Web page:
Maximization, Slotean Satisficing, and Theories of Sufficientarian Justice

Croatian Journal of Philosophy 17 (1):73-90 (2017)
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Abstract

In this paper I seek to assess the responses provided by several theories of sufficientarian justice in cases where individuals hold different conceptions of rationality. Towards this purpose, I build two test cases and study the normative prescriptions which various sufficiency views offer in each of them. I maintain that resource sufficientarianism does not provide a normatively plausible response to the first case, since its distributive prescriptions would violate the principle of personal good and that subjective-threshold welfare sufficientarianism as well as objective-threshold welfare sufficientarianism committed to the headcount claim do not provide normatively plausible responses to the second case, since their distributive prescriptions would violate the principle of equal importance. I then claim that an objective-threshold welfare sufficientarian view committed to prioritarianism under the threshold offers the normatively plausible response to both cases and therefore resists the challenge raised by scenarios that involve differential conceptions of rationality.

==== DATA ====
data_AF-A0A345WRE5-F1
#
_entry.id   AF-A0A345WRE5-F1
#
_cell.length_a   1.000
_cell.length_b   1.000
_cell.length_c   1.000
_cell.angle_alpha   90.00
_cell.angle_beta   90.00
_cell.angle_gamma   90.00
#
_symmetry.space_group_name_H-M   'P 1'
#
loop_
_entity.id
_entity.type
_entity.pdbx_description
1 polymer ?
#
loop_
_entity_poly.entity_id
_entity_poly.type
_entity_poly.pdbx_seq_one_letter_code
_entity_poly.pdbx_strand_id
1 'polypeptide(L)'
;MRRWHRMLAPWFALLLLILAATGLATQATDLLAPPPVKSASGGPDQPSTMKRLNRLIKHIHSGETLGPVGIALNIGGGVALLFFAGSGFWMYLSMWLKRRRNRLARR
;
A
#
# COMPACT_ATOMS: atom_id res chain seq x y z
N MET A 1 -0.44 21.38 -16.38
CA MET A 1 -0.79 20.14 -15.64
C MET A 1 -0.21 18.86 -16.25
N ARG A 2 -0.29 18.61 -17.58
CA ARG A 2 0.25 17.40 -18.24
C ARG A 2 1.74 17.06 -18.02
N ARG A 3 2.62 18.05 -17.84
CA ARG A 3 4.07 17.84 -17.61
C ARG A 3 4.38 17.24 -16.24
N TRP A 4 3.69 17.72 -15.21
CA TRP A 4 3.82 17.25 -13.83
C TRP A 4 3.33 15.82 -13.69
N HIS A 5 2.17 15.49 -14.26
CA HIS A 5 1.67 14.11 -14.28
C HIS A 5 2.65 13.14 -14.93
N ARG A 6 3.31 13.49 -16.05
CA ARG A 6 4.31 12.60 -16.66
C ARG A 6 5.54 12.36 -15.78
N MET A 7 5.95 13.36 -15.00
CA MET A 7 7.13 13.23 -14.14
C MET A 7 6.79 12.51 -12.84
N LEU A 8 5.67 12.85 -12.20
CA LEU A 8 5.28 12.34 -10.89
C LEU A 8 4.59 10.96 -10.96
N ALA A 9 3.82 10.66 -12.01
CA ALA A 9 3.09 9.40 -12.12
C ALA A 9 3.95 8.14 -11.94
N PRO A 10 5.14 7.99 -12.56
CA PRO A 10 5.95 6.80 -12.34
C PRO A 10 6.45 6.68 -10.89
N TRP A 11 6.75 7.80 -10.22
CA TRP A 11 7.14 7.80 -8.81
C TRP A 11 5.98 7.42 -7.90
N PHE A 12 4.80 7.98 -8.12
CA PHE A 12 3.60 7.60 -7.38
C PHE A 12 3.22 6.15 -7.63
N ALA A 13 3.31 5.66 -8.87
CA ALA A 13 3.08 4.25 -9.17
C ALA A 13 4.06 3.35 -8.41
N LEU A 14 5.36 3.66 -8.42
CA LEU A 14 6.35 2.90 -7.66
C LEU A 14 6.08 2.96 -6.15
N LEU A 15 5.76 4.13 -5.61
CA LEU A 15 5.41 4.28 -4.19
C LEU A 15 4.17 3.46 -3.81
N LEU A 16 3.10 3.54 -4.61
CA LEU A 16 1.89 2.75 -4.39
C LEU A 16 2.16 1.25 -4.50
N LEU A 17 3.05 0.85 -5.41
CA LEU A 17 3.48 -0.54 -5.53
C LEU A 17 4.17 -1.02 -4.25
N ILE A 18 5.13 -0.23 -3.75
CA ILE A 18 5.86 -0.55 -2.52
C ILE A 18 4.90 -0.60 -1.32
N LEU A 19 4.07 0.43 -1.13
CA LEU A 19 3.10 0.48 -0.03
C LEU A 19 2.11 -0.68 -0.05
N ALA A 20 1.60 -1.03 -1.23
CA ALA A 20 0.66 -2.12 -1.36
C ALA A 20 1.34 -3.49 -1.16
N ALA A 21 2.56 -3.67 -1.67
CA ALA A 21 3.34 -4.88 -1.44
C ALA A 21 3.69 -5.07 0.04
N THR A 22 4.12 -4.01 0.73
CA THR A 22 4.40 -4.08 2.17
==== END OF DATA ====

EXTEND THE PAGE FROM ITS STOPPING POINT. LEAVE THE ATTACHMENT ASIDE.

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Alexandru Volacu
Bucharest Center for Political Theory

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